As a woman, mother, and chief executive working to empower and advance women in business, I’ve seen far too many companies in Massachusetts holding women back. Sometimes it’s intentional, sometimes it’s not. One CEO “jokingly” said he has enough women at home and doesn’t need more at the office. I’ve been told by senior leaders that they already “have a lot of women here,” except not one of those women was a senior manager or executive, or on track to become one.
The Institute for Women’s Policy Research gave our state a C- for work and family issues, which ranks us 24th nationally. That rating reflects access to paid leave to care for a child or family member, the gender gap in numbers of women and men with kids under 6 and jobs, and child-care concerns such as cost and preschool enrollment.
Improving our state’s grade requires action by private citizens and civic leaders alike. But Massachusetts companies are crucial to this effort. Here’s what our businesses need to focus on.
1. Paid family leave. Nearly one in four Americans has taken leave from work to care for a family member with a serious health condition. But advocacy group RaiseUp Massachusetts reports that 87 percent of workers in New England do not have access to paid leave. In Massachusetts, 1.2 million workers risk losing their jobs if they take time off from work for a family medical emergency or a new child.
Paid leave for women helps them remain in the labor force. Paid leave for men helps address the unequal division of caregiving tasks between women and men and reduces gender stereotypes that can lead to discrimination against women. More businesses should follow the example of Cengage, a Boston digital learning solutions company that last year began offering 12 weeks of paid parental leave. (Cengage previously gave the primary caregiver eight weeks off, versus one week for the other parent.)
2. Greater child-care flexibility. More mothers are in the workforce today than ever before. But the Institute for Women’s Policy Research ranks Massachusetts in the bottom third of the nation for child-care support, with costs to the parent among the highest in the country. These rankings reflect in part the cost of infant care as a percentage of a woman’s median annual earnings (a whopping 34.1 percent in Massachusetts) and annual cost of child care. According to IWPR economist Ariane Hegewisch, the stress and financial burden of child care is often why many new moms struggle to get ahead in the workplace.
State and federal mandates can only do so much. More employers need to provide onsite child-care services, subsidize expenses, and offer flexible schedules — especially for women returning from maternity leave.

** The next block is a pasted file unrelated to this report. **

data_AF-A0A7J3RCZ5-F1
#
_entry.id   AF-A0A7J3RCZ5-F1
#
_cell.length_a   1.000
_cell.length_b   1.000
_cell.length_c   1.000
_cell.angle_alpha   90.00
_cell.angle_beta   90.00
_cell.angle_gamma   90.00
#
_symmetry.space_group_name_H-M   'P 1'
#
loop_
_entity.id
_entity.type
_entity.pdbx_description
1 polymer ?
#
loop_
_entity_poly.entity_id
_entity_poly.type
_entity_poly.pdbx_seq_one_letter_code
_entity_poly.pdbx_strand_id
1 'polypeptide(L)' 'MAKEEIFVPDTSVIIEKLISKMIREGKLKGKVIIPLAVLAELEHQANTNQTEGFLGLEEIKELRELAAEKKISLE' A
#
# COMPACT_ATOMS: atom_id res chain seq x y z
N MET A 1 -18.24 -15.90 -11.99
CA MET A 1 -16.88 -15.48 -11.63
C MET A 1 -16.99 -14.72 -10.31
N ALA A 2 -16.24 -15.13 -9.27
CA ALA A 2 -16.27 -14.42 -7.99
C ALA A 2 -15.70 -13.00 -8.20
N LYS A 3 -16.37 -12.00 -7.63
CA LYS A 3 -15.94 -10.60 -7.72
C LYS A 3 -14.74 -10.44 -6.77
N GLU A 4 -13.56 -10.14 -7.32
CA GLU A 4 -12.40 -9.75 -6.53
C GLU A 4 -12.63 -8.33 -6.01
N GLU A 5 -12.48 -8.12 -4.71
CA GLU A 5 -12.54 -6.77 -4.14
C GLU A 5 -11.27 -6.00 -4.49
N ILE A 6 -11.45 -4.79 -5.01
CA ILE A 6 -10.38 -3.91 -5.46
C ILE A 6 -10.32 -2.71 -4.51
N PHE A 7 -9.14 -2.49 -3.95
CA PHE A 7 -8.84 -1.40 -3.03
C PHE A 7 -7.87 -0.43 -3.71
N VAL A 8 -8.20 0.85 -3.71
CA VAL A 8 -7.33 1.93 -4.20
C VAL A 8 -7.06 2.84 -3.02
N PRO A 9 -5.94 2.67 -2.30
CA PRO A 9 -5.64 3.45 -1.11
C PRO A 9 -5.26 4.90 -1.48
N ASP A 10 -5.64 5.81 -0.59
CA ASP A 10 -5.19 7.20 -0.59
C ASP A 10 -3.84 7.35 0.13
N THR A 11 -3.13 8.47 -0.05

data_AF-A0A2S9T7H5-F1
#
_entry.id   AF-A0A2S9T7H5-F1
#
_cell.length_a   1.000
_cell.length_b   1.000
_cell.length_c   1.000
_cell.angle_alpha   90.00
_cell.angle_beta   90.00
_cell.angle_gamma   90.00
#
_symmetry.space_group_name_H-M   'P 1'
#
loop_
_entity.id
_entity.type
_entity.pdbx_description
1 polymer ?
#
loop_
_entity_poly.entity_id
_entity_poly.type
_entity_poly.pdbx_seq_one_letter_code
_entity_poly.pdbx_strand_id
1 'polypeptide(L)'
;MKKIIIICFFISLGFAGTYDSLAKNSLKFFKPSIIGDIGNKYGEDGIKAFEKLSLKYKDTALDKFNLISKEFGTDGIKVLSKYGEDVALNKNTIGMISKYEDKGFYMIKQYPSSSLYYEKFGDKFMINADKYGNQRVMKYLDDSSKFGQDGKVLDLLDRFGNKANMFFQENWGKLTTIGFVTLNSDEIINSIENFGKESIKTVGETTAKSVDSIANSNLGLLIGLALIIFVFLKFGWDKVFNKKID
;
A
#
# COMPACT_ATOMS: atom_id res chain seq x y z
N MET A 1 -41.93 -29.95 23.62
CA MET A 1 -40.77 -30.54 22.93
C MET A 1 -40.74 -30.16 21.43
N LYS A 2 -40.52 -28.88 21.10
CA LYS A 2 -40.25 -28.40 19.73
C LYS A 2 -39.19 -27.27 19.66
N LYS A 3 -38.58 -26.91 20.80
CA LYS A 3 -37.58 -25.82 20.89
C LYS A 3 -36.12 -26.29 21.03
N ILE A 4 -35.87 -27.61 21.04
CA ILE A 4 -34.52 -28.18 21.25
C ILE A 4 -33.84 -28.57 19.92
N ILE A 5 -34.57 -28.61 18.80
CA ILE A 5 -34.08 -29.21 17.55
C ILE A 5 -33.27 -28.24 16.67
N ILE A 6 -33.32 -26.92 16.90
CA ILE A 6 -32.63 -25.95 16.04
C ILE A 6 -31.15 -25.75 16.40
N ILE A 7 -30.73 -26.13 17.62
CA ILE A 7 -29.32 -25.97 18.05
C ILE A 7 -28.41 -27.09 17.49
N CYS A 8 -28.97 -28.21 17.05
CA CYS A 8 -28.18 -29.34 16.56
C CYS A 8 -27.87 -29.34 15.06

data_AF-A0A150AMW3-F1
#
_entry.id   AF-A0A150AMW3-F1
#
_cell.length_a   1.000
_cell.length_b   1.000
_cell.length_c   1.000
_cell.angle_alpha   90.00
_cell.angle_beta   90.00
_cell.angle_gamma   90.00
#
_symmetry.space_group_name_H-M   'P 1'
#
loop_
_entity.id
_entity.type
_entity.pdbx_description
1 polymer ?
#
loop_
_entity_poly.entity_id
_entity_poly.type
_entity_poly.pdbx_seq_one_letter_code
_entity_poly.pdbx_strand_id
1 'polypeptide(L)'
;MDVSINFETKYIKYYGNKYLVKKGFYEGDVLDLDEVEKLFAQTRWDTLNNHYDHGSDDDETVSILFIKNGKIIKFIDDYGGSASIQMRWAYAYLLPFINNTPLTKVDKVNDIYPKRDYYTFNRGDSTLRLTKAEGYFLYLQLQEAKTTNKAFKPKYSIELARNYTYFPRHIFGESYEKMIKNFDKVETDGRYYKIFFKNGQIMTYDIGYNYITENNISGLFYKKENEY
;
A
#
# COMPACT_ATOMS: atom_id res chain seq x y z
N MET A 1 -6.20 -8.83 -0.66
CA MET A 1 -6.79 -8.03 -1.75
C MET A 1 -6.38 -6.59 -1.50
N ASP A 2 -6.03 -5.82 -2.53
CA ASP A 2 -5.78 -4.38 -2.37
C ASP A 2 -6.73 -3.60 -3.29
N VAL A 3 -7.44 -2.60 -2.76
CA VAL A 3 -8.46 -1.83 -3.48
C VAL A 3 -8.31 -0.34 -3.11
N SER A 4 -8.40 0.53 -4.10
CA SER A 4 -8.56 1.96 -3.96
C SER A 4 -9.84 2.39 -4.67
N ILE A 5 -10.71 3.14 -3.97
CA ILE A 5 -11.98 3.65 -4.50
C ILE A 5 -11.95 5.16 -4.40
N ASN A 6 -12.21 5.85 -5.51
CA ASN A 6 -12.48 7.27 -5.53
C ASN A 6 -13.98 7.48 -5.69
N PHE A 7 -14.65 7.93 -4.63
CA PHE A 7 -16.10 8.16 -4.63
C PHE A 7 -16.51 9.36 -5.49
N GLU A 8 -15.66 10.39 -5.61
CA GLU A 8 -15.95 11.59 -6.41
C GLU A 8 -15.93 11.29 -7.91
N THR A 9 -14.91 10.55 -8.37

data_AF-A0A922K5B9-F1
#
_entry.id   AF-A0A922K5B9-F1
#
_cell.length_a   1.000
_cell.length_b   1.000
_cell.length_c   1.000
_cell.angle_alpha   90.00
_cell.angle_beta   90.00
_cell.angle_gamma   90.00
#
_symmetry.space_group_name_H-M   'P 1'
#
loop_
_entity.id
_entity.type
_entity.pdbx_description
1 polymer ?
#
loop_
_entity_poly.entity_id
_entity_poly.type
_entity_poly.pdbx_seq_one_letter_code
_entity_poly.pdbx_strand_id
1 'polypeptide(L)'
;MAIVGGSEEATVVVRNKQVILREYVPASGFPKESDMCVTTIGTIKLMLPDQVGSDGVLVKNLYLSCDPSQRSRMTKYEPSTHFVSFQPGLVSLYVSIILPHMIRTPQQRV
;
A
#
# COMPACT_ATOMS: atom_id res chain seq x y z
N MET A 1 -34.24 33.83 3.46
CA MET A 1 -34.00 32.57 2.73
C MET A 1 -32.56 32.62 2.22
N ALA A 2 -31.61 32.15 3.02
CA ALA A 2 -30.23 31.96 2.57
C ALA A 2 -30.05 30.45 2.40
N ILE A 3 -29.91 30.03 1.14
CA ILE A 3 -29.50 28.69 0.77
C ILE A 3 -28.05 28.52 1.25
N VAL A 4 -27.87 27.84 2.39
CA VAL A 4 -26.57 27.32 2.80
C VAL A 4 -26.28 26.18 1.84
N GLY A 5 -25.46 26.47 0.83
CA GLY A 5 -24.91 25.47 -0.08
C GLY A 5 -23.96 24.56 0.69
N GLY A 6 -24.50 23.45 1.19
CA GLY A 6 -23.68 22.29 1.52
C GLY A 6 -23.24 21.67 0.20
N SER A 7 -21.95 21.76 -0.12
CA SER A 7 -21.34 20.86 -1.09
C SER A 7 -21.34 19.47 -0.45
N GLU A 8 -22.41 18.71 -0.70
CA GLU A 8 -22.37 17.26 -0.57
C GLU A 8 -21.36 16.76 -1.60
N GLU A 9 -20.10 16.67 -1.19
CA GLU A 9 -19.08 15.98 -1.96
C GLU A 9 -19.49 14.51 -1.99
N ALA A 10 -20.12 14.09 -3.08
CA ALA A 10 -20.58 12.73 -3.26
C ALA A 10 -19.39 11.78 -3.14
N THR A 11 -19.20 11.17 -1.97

Bedford-based iRobot, for example, recently began offering full-time employees 14 weeks of fully paid maternity leave. And among other benefits, mothers in their first month back from maternity leave work only 24 hours a week but get paid for 40. After listening to feedback from its employees, Fidelity Investments, a client of my consulting firm reacHIRE, has extended parental leaves over the past three years, including foster care and surrogate leave, and doubled family care leave.
3. Involved and invested men. Since men hold the vast majority of senior roles, we need senior male leaders to reach down and pull promising female professionals along. In her book Forget a Mentor, Find a Sponsor, Sylvia Ann Hewlett, CEO of the Center for Talent Innovation, says women typically have three times as many mentors as men but only half as many “sponsors” — individuals who actively advocate for one’s promotion or raise.
Making matters worse is that men don’t always see the problem. According to management consultant McKinsey & Company, nearly 50 percent of men think women are well represented in leadership in companies where only one in 10 senior leaders is female.
Boston’s Liberty Mutual Insurance is one area business taking action on this front. In a historically male-dominated industry, women make up 50 percent of the company’s front-line managers and 30 percent of its board of directors. The company also organized a one-day “Men as Allies” Summit in December attended by more than 450 male and female employees, which has fostered further discussions as well as related employee events.
4. Concrete programs to promote women. I work with companies that are committed to making their workforces more diverse and help them hire women returning after a career break. These companies understand they need women at the mid-management level and that those returning to work are a great resource to fill that pipeline. But more companies need to recognize the key is investing in and promoting women much earlier in their careers and nurturing the talent they’ve worked so hard to recruit.
Doing so would only improve their bottom line. McKinsey says achieving gender parity can bring an additional $73 billion to the Massachusetts economy by 2025. And recent research found that companies with more women are more innovative, resilient, and productive.
My client Boston Scientific gets it. The company has instituted accelerated development programs for women and continues to build its talent pipeline through targeted recruiting. Women now hold 42.9 percent of salaried positions.
The only way businesses will have more women leaders is if they interview more women for leadership positions. This means having more women in the pipeline. The only way companies will improve diversity and pay equity is through public commitment, transparency, and vigilance. And the only way men and women will get more work flexibility and family support is by requesting it and using it.
Job seekers, both men and women, need to ask companies about these issues and hold them accountable. The forward-thinking, successful companies will have a lot to say. The others won’t make the grade.
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